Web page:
Just Ask Arlen Specter: Your Job is Not as Safe as You Think

Last Updated May 19, 2010 8:00 AM EDT

Since I packed up my bags and moved across an ocean, I've been watching the American political scene with a sense of amusement. (I don't know why it's started to amuse instead of frighten me--we will eventually move back, and we still have to pay US taxes, so I truly am affected by the goings on.) This morning I pulled up the NY times on my laptop and was greeted with this headline: Specter Loses Pennsylvania Senate Seat.

Coming from Pennsylvania, I've watched Specter for many years. He's been in the senate since 1980, for goodness sakes. It's true he got a little panicky when he switched parties last year, but I'm sure he felt that he was secure. After all, he'd won numerous elections in the past. Right?

While past performance is the biggest indicator of future performance (and why job interviewers frequently ask about what you have done, rather then what you will do), sometimes we rely too much on the past and not in the future. Specter obviously didn't realize that the Republicans he abandoned wouldn't switch parties to support him in a Democratic primary. Heck, I'm sure he figured no one of consequence would run against him because he's Arlen Specter and of course he'll win again. Well, he was wrong.

I've recently had people brag to me that they could never be fired from their jobs because their jobs are safe. When pressed as to what makes their job so safe I've gotten answers like, "Oh, I'm the only minority/women/person over 40 in the department, so they won't fire me." Or, "No one knows this piece of software as well as I do." Or, "I've got too much dirt on my manager/my manager loves me." Or, "I won the salesperson of the year award in 2008."

These people should probably stay away from me, as I tend to snort when I hear those things. As someone who has been involved in the layoff of literally thousands of people, I have seen people in every single one of those situations be shown the door.

Here's what's wrong with the thought process in all of these.

  • Being in a "protected class" doesn't protect you. A protected class means you cannot be discriminated against because of your race, age, national origin or other quality. It doesn't mean that you can't be terminated for other reasons.
  • A particular skill won't save you. Skills are good. Honest. Gain some. Some skills are harder to gain, and are, therefore, more valuable. But, for most of us mere mortals, if we've gained a skill, there's a good chance our co-workers can gain the same skill if they just try. When companies need to cut heads, they are going to look at more than just who can do what, right now. They will look at who could do what in the future. Good managers know that they can much more easily train someone to run software system then they can train someone to come up with innovative solutions to problems.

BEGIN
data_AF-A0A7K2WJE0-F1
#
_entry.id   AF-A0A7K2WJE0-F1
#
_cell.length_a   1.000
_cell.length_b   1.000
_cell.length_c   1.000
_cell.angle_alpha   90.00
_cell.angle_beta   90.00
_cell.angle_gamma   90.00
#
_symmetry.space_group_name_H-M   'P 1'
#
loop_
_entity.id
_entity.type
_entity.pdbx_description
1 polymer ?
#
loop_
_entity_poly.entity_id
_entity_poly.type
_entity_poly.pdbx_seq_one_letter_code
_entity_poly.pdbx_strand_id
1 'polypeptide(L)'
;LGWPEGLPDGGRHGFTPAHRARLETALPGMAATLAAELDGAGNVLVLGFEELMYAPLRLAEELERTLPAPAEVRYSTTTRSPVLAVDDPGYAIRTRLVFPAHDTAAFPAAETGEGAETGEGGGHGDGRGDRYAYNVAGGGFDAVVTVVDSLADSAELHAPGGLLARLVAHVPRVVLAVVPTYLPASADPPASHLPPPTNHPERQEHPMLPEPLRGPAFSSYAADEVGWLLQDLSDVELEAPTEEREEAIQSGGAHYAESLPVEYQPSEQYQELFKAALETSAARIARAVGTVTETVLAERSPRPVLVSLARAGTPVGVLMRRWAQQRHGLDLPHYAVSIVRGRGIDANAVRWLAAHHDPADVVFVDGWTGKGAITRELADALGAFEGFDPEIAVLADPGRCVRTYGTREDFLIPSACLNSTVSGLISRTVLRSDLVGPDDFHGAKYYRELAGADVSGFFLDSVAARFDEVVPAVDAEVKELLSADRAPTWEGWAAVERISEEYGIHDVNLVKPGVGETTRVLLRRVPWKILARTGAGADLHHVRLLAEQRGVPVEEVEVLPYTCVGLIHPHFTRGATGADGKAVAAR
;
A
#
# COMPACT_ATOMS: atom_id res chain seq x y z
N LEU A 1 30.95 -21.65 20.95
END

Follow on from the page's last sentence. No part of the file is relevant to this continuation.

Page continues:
• Your manager may not be making the decision. First of all, just because you know something bad about your boss doesn't mean it's a real secret that will destroy his/her career. Your boss's boss probably already knows anyway, or it's inconsequential. Second, just because your boss loves you and thinks you are fabulous doesn't mean your position won't be selected for elimination. And furthermore, the decision on who to terminate may actually come from 3 levels up, which means that your personal relationship with your boss will not be considered in the decision calculus. Some large layoffs are actually done by computer: The powers-that-be select criteria, plug that into a computer program and the computer then spits out the names of the unlucky few.
  • Past performance is not always what decisions are based on. Companies look towards the future. You may have been a whiz at selling product Q to customers X, Y, and Z, but if the company is planning to pull product Q, you may be out of luck. Make sure you can transfer your skills around the company.
So, what do you do to make your job more "safe"? The key thing is to always look toward what you can do in the future. You need to be able to demonstrate what you will be able to do, not just what you have done. If you are the key person on a particular piece of software, you better be able to show that you could transfer these skills to another piece of software and that you can solve problems, train others, and do presentations on it as well. If you are relying on your manger's good favor, you need to be in the good graces of your manager's manager as well. Work on increasing your visibility across the organization, not just in your own department.

And that other piece of advice, that the soon to be former Senator Specter should have picked up on? Sometimes when you rely too much on politics and not enough on performance, you'll find your own head handed to you on a platter.

Photo by ProgressOhio, Flickr cc 2.0